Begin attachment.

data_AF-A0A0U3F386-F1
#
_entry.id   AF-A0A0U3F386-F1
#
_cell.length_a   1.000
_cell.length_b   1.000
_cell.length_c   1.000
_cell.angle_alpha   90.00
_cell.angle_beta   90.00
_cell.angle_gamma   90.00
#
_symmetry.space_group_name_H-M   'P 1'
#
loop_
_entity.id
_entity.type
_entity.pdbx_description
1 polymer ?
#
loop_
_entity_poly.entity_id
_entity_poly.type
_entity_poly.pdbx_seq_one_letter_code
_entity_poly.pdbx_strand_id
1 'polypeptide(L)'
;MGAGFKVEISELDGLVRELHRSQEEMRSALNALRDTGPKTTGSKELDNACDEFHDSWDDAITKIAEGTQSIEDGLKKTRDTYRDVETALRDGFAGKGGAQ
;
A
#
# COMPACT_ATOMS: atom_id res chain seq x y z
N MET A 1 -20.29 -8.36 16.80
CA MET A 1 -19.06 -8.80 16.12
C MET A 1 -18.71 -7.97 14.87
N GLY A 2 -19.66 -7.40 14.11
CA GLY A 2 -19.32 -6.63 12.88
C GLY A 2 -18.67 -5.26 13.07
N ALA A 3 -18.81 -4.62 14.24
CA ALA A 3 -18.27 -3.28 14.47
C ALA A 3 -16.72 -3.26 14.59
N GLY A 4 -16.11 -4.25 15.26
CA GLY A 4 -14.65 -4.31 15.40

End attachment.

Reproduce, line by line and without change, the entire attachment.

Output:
data_AF-A0A0U3F386-F1
#
_entry.id   AF-A0A0U3F386-F1
#
_cell.length_a   1.000
_cell.length_b   1.000
_cell.length_c   1.000
_cell.angle_alpha   90.00
_cell.angle_beta   90.00
_cell.angle_gamma   90.00
#
_symmetry.space_group_name_H-M   'P 1'
#
loop_
_entity.id
_entity.type
_entity.pdbx_description
1 polymer ?
#
loop_
_entity_poly.entity_id
_entity_poly.type
_entity_poly.pdbx_seq_one_letter_code
_entity_poly.pdbx_strand_id
1 'polypeptide(L)'
;MGAGFKVEISELDGLVRELHRSQEEMRSALNALRDTGPKTTGSKELDNACDEFHDSWDDAITKIAEGTQSIEDGLKKTRDTYRDVETALRDGFAGKGGAQ
;
A
#
# COMPACT_ATOMS: atom_id res chain seq x y z
N MET A 1 -20.29 -8.36 16.80
CA MET A 1 -19.06 -8.80 16.12
C MET A 1 -18.71 -7.97 14.87
N GLY A 2 -19.66 -7.40 14.11
CA GLY A 2 -19.32 -6.63 12.88
C GLY A 2 -18.67 -5.26 13.07
N ALA A 3 -18.81 -4.62 14.24
CA ALA A 3 -18.27 -3.28 14.47
C ALA A 3 -16.72 -3.26 14.59
N GLY A 4 -16.11 -4.25 15.26
CA GLY A 4 -14.65 -4.31 15.40